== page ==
Award-winning Australia photographer Lisa Michele Burns has built a career on her vivid interpretations of love and landscapes. She has captured more than 300 weddings and destinations across Australia, Europe, Asia and Africa, earning a reputation for her colourful, joyful style and her creative approach to popular destinations.
With a background in journalism, it was a summer job spent in the water, photographing dolphins off Moreton Island, Australia, that sparked Burns’ passion for photography. Her photos from Morocco, taken while on a writing assignment for Lonely Planet, were picked up by the guidebook behemoth, which led to a string of freelance assignments for Lonely Planet around Europe. She returned to Australia and set up her own landscape gallery on Hayman Island, which she owned and managed for six years. Today, she works as a freelance photographer for her company, The Wandering Lens, and is currently working on projects in France.
What was your career path – how did you go from aspiring photographer to professional?
The moment that kick-started my career was when I travelled as a writer with Lonely Planet to Marrakech, Morocco. They ended up using my images in an online photo feature and I then did a variety of freelance assignments as a photographer around Europe for the Lonely Planet website. I didn’t feel completely professional until I opened my own landscape gallery in 2009, then I felt like a proper grown up because I actually had to learn fast about the business side of being a photographer, the not so fun part! I photographed landscapes, weddings, events, portraits and had my gallery of landscape prints and photo souvenirs open 7 days a week on Hayman Island, a luxury five-star resort on the Great Barrier Reef. After six years of working every single day of the year, including Christmas (boo!), I now work freelance with my company The Wandering Lens and am travelling the world partnering with tourism boards and travel brands to promote destinations through photographs.
What is your favourite piece of photography equipment?
My underwater housing. Taking photos underwater has changed the way I see the world and being able to put my Nikon D800 camera inside the housing ensures I can take high-quality images in the water without worrying about it getting wet.
What is your favourite photography rule to break?
I’ve never been one to follow rules in photography but that’s because I didn’t learn any as I’ve had no formal training. Learning how to use your camera in a way that creates the images you want is what it’s all about, cameras can do so many things so get creative and see what works for you. Ditching the tripod is probably my favourite ‘rule’ to break, climb a tree, lay on the ground, get wet…don’t be afraid to get dirty for a great photo!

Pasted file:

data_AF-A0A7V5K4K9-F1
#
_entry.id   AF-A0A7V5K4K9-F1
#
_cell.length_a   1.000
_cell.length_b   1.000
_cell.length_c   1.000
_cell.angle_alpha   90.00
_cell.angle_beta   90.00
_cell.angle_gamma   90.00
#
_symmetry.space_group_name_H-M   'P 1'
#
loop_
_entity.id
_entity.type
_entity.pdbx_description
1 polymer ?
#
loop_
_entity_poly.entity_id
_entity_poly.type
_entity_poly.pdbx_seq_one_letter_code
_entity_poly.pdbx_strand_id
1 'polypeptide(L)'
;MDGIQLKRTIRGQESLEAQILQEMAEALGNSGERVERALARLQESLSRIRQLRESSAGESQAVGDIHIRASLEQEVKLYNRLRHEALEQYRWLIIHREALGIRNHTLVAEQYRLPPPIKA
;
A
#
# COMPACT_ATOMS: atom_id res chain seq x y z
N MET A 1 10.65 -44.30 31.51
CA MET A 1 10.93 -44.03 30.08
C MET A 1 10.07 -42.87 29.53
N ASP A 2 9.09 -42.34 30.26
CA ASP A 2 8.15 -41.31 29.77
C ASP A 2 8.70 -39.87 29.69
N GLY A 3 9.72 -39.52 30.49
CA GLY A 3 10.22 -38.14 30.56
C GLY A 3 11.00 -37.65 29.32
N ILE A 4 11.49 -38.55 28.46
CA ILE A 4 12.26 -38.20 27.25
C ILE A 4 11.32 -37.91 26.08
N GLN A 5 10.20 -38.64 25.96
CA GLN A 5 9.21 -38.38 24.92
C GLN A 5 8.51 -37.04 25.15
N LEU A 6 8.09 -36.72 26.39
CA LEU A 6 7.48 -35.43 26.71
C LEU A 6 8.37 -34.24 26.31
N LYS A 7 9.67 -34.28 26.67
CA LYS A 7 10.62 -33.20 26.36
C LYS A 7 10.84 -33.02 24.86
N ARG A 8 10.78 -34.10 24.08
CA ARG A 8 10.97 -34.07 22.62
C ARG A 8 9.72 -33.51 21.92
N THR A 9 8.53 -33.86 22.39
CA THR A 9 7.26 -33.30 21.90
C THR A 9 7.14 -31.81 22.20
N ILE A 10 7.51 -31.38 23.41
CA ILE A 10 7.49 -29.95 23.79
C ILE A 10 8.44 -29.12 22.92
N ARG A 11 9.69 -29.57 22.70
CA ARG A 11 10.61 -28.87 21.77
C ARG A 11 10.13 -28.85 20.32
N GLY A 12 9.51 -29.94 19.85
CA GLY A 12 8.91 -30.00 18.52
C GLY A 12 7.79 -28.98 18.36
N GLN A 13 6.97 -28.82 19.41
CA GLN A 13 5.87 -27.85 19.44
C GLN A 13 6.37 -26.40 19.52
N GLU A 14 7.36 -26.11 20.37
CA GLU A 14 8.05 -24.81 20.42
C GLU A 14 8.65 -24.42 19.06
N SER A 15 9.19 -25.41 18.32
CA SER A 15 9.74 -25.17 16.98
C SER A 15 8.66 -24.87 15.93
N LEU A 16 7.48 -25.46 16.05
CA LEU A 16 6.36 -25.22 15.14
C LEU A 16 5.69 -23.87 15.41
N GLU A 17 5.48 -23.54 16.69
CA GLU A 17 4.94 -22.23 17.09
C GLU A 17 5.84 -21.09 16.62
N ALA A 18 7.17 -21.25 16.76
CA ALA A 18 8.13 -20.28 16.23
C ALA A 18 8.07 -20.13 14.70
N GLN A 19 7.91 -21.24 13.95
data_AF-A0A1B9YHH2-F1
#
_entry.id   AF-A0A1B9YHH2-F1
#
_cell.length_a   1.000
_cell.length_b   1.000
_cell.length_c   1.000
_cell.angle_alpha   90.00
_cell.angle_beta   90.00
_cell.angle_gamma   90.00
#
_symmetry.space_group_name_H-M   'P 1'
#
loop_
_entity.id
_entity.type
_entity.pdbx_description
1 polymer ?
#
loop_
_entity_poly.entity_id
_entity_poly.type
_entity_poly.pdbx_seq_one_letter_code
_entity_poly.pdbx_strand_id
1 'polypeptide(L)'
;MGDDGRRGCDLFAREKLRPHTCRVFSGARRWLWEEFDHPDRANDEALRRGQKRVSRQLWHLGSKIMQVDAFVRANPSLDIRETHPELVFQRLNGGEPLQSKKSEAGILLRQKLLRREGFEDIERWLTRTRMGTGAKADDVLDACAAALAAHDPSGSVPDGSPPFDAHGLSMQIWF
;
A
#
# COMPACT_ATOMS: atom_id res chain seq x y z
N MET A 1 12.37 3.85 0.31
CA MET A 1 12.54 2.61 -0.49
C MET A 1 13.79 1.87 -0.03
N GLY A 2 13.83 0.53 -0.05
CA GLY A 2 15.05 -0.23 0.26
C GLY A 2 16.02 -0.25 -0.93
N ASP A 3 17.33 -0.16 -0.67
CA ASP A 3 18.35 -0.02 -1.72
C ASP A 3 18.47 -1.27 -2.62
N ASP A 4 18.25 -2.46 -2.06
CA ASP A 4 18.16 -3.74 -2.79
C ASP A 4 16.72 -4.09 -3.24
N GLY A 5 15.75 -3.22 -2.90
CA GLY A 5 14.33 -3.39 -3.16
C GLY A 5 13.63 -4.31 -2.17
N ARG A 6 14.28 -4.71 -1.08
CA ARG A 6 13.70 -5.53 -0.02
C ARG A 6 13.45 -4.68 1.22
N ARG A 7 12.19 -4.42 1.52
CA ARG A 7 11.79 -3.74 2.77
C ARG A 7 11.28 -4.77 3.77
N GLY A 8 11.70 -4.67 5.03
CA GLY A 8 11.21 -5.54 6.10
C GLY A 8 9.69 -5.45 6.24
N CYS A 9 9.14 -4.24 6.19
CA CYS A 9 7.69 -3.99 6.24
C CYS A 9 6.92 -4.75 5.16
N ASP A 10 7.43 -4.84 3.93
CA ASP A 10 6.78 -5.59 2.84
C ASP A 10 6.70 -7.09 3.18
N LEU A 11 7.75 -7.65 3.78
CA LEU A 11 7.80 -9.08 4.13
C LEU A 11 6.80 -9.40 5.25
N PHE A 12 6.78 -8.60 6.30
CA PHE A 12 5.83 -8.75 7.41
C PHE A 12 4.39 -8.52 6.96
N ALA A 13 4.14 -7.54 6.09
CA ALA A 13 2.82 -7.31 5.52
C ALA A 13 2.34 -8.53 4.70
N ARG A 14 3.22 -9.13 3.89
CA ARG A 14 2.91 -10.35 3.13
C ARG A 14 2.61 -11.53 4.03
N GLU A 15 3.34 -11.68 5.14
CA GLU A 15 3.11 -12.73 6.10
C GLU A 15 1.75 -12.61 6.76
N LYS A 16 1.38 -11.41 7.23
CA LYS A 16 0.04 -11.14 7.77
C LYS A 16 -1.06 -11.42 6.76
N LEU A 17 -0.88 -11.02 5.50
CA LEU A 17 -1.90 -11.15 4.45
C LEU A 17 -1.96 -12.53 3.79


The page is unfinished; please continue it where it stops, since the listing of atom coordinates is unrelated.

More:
How would you describe your style?
Colourful and warm. I love working with landscapes in the golden hours when the light is warm and the colours are rich. When it comes to my underwater photography I get a little addicted to the split-level style, capturing the underwater world and the scenery above the water level in the same image.
What inspires you as a photographer? Within or outside the photography world.
Landscapes and light are what keep me reaching for my camera. I’ve never really been a city or street photographer, I’m much more inspired by beaches, mountains, lakes, the ocean…pretty much anything outdoors. I recently saw the Northern Lights for the first time in Sweden and that has definitely inspired me to seek out colder destinations for photography alongside my wanderlust for tropical islands!
Which photographers influenced you? How did they influence your approach?
When I started out in photography it was the iconic photographers that shot Lonely Planet and National Geographic covers that I idolised…I used to picture my photo on the cover and if I couldn’t see it, then I’d just keep trying until I got one half as good. Now I’m influenced by the places I visit, I try to look at maps before I visit to plan which locations I think would be great for sunrise, sunset and then which ones would look great from the water for my The World from The Water project.
What motivates you to keep taking photos?
It’s a big world and I’m yet to photograph most of it! Knowing that there will always destinations I haven’t seen keeps me going. Social media has been a huge game changer in motivation too. Following amazing travel accounts on Instagram makes me feel like I’m missing out so I’m constantly trying to plan new adventures because they’re popping up on my feed every single day!